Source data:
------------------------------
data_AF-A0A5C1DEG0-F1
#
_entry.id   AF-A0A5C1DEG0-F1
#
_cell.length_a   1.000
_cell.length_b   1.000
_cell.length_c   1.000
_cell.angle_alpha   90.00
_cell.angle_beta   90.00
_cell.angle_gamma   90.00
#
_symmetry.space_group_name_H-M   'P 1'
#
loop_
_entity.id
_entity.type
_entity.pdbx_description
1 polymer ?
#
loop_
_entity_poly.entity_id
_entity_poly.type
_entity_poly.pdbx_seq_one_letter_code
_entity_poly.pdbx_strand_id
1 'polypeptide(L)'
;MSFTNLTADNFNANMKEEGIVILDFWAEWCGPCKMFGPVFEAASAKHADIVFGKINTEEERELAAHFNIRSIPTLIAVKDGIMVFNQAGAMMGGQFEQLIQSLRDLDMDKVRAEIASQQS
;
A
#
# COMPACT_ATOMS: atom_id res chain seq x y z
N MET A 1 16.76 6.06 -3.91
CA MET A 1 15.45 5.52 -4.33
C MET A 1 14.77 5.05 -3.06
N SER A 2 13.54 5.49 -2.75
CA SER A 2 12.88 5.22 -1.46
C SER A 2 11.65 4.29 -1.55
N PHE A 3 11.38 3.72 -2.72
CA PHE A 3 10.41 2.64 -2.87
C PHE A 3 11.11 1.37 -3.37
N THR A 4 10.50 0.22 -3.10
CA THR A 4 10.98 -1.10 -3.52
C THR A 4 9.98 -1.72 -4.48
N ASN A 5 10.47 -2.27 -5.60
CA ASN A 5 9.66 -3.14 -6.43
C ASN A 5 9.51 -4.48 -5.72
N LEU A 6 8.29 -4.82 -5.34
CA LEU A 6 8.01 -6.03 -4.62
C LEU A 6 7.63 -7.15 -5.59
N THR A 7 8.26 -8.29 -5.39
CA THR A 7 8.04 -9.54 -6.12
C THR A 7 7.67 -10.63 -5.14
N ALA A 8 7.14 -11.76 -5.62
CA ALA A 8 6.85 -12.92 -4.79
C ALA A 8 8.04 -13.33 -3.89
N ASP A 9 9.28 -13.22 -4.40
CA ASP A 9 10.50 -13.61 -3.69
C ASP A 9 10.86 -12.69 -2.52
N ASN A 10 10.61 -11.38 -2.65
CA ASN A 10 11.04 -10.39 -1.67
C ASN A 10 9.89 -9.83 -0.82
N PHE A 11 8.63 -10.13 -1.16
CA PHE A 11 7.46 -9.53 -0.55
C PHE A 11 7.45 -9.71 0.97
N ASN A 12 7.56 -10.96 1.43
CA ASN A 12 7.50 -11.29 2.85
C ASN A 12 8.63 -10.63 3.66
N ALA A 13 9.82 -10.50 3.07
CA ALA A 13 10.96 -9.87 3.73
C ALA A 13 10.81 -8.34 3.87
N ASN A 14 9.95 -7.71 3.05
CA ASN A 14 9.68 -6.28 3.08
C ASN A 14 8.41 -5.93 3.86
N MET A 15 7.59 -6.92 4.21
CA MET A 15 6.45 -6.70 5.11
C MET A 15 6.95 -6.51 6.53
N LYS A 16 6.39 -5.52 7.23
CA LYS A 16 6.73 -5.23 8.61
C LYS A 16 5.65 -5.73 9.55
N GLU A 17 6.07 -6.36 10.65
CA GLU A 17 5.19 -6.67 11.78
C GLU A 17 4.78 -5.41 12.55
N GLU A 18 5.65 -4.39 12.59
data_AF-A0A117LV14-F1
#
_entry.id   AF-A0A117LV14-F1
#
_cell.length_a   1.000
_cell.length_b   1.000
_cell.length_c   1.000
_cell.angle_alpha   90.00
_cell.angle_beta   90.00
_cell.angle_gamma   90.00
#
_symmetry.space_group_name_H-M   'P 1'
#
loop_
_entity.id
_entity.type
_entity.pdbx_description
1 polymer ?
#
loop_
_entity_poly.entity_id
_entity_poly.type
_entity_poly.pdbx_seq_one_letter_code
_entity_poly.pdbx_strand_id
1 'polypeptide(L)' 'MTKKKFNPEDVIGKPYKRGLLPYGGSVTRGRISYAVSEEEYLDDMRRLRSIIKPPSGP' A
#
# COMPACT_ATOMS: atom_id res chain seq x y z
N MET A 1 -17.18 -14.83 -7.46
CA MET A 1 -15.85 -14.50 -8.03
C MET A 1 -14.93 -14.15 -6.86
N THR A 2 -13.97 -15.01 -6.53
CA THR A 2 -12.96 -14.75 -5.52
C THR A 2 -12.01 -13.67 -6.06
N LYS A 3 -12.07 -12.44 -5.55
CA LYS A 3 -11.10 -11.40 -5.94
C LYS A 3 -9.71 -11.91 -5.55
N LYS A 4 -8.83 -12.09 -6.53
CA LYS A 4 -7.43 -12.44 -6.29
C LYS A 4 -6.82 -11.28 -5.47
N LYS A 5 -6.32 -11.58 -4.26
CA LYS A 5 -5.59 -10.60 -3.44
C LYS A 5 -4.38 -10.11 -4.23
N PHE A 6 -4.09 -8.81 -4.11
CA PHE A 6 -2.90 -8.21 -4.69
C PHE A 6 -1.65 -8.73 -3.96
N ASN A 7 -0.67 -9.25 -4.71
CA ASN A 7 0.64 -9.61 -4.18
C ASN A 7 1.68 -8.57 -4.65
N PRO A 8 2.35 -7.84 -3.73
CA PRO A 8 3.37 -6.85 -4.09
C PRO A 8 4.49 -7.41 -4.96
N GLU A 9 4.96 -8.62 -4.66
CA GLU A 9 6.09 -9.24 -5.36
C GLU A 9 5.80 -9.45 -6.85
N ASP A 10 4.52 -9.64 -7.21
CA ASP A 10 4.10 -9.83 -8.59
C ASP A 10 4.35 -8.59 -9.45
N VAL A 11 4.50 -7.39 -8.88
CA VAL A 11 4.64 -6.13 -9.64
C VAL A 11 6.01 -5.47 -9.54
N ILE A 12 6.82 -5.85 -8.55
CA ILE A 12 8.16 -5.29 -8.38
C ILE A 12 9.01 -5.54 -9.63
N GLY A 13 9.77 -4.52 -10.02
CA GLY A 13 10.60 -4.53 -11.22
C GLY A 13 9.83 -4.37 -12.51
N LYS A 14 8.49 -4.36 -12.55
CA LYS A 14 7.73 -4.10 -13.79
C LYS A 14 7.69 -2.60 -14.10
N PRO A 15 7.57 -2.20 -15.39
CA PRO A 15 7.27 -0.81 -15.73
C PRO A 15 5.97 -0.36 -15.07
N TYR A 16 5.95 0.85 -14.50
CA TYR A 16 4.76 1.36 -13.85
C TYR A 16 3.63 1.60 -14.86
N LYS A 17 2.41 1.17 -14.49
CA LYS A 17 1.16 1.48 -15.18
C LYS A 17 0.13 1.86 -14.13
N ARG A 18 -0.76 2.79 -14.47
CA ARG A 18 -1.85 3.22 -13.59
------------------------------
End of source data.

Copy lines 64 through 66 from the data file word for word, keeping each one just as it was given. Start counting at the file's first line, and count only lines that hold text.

N ASN A 12 7.56 -10.96 1.43
CA ASN A 12 7.50 -11.29 2.85
C ASN A 12 8.63 -10.63 3.66